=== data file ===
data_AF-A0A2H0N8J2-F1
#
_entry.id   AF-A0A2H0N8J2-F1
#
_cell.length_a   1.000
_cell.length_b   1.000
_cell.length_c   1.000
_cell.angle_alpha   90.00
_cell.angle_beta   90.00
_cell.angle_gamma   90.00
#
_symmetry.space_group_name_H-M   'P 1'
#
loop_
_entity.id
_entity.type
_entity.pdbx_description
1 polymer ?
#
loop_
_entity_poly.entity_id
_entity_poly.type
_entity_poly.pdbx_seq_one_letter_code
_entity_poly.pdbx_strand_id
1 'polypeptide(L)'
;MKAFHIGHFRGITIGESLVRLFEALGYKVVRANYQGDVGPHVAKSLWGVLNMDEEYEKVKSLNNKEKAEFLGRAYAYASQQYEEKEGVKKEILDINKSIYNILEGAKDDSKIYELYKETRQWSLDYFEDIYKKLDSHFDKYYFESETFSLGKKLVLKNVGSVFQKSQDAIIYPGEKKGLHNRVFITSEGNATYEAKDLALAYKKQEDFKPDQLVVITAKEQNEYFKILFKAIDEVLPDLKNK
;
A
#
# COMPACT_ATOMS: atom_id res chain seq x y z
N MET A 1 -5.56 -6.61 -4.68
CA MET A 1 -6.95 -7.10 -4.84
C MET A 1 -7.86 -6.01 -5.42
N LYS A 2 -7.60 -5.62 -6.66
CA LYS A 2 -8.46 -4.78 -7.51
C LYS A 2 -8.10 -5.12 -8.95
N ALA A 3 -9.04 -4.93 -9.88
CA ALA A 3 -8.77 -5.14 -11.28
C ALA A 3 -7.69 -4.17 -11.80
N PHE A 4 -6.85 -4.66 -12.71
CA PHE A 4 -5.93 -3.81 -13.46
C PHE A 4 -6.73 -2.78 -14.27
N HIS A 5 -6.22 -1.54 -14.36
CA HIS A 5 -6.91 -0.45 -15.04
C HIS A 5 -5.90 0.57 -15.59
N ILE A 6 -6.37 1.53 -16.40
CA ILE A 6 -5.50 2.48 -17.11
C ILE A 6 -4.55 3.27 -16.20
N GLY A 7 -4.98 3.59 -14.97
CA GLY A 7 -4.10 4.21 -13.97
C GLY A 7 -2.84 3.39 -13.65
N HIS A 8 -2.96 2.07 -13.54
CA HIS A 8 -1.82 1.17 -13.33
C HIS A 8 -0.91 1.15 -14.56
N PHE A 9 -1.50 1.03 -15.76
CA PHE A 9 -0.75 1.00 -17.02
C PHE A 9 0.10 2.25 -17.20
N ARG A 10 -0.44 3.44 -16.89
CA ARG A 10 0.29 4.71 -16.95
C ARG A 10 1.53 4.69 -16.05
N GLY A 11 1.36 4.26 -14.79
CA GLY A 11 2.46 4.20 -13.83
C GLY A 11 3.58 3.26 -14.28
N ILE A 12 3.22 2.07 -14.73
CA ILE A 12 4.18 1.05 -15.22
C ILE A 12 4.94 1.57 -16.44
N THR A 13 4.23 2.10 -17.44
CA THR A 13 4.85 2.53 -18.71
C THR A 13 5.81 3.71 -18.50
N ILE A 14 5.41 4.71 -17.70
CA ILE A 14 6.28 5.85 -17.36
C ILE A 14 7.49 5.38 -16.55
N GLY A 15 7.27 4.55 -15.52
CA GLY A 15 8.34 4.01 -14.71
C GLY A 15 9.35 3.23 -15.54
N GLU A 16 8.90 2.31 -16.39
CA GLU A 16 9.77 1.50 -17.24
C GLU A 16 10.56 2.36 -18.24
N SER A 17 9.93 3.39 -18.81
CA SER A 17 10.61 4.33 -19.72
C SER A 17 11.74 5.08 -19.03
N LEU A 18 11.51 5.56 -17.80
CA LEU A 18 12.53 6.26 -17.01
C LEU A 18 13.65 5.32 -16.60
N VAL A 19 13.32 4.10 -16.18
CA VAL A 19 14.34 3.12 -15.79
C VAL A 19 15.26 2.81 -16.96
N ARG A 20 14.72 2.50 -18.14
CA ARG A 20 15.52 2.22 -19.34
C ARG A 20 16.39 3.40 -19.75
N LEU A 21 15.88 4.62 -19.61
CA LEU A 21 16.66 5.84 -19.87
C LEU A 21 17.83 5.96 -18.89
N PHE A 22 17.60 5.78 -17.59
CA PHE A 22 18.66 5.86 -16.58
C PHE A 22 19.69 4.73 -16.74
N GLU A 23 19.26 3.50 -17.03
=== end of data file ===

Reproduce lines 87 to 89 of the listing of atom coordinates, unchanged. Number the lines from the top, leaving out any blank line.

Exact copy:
C VAL A 19 15.26 2.81 -16.96
N ARG A 20 14.72 2.50 -18.14
CA ARG A 20 15.52 2.22 -19.34